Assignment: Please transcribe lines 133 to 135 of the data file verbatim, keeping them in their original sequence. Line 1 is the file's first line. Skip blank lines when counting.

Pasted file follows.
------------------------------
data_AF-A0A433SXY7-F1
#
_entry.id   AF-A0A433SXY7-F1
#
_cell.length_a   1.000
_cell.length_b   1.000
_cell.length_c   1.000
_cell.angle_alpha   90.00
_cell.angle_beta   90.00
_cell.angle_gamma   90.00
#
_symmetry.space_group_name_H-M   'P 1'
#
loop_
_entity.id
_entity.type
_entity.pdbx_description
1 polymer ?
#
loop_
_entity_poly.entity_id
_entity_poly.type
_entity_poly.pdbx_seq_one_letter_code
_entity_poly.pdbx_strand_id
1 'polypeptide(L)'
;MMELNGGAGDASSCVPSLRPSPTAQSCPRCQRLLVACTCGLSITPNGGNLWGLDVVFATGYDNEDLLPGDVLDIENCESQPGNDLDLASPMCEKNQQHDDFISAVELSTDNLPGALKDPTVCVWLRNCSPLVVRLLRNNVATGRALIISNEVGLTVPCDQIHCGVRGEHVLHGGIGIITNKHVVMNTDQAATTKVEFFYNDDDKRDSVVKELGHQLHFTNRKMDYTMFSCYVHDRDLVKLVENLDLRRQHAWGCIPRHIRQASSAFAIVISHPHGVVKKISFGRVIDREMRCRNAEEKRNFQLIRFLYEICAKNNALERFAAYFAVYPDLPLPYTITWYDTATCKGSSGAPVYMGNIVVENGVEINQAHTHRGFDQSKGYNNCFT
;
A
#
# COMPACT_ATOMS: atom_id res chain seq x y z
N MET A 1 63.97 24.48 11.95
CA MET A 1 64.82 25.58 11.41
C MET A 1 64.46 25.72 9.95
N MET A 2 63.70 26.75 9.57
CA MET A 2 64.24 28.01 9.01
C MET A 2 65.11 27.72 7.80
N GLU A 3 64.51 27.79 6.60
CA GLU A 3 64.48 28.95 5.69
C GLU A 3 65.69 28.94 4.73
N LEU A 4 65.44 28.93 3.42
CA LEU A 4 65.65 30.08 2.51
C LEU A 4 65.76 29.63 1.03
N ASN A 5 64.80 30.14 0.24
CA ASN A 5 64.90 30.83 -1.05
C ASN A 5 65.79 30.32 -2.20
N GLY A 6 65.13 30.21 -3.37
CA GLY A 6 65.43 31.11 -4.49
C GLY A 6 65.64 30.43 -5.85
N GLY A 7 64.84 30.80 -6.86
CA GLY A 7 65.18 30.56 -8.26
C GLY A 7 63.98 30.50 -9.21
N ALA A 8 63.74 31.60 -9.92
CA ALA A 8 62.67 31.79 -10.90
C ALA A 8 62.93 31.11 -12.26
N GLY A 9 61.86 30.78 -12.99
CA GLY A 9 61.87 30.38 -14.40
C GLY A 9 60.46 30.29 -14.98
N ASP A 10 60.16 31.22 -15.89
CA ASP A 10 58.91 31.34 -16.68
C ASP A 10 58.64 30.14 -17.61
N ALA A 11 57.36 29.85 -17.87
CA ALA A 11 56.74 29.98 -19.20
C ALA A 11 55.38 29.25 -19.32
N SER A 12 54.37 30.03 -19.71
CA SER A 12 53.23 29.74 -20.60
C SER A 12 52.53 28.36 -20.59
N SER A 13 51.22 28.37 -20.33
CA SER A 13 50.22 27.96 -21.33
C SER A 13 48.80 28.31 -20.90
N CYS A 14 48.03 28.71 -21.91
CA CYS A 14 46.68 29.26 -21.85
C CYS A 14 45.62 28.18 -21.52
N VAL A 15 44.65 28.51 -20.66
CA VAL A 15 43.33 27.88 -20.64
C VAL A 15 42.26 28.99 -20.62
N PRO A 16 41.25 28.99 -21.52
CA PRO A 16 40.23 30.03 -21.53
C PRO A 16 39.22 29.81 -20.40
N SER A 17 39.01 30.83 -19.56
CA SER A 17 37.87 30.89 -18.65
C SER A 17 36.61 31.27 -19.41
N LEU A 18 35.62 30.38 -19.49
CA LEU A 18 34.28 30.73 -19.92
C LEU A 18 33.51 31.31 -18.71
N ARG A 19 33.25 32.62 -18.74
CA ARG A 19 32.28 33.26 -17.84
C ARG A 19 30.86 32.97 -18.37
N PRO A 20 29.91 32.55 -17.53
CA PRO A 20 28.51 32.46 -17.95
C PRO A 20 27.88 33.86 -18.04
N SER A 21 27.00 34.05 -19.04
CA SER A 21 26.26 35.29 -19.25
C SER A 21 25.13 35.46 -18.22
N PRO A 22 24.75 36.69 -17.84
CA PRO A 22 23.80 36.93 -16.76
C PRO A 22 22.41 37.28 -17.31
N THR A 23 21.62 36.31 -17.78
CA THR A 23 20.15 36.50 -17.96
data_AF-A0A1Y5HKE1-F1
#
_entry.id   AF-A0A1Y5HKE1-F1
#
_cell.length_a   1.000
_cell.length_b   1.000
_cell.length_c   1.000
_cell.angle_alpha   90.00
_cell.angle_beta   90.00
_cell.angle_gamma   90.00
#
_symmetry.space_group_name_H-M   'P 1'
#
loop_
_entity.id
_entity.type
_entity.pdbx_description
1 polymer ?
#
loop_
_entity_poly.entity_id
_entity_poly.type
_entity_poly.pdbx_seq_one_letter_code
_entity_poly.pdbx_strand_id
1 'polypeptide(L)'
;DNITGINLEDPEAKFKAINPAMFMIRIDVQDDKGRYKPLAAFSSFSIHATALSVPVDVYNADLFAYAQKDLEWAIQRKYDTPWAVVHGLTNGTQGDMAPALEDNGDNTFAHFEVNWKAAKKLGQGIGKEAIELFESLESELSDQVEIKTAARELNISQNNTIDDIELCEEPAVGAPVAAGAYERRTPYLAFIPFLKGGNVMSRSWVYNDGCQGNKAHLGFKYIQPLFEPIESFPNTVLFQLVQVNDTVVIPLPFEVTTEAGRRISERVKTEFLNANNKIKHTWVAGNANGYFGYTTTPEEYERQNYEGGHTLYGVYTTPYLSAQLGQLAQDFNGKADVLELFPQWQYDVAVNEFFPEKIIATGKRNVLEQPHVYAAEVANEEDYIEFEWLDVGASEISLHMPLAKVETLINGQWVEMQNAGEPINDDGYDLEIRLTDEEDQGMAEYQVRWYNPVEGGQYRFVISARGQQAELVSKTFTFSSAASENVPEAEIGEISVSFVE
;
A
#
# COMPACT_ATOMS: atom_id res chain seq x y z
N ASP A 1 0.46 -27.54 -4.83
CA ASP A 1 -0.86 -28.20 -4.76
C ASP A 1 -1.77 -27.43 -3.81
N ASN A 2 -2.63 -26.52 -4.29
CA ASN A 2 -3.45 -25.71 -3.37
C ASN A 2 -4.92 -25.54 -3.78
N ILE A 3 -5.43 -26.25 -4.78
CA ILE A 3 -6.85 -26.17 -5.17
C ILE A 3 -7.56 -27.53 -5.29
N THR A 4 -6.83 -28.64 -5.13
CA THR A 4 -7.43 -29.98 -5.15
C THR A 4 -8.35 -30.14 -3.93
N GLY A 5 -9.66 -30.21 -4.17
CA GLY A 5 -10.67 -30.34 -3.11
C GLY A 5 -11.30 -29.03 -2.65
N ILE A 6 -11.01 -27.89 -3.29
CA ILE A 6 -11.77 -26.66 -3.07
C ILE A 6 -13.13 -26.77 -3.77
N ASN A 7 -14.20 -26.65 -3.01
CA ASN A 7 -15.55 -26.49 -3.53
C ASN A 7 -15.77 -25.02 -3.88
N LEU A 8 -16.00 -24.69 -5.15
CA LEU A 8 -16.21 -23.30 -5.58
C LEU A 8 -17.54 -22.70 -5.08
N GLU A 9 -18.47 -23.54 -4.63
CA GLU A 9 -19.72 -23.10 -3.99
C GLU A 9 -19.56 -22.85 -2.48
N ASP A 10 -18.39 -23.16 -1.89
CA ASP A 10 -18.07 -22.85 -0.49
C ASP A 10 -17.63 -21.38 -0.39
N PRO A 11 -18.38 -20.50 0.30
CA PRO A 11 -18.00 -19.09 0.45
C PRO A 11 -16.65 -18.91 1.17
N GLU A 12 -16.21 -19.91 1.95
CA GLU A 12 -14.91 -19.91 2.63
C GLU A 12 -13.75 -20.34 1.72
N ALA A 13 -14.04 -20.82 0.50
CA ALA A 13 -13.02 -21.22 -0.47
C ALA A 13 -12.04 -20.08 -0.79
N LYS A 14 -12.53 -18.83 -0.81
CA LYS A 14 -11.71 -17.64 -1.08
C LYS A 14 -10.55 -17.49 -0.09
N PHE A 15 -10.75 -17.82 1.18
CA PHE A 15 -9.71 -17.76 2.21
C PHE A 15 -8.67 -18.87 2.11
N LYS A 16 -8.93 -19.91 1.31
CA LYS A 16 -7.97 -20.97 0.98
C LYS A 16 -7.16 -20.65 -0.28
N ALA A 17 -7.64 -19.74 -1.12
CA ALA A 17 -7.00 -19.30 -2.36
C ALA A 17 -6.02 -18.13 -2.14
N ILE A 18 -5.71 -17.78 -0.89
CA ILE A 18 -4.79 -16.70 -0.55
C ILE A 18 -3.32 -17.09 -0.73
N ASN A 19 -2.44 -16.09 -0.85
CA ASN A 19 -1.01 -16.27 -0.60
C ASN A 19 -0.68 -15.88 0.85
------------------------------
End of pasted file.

CA ASN A 2 -3.45 -25.71 -3.37
C ASN A 2 -4.92 -25.54 -3.78
N ILE A 3 -5.43 -26.25 -4.78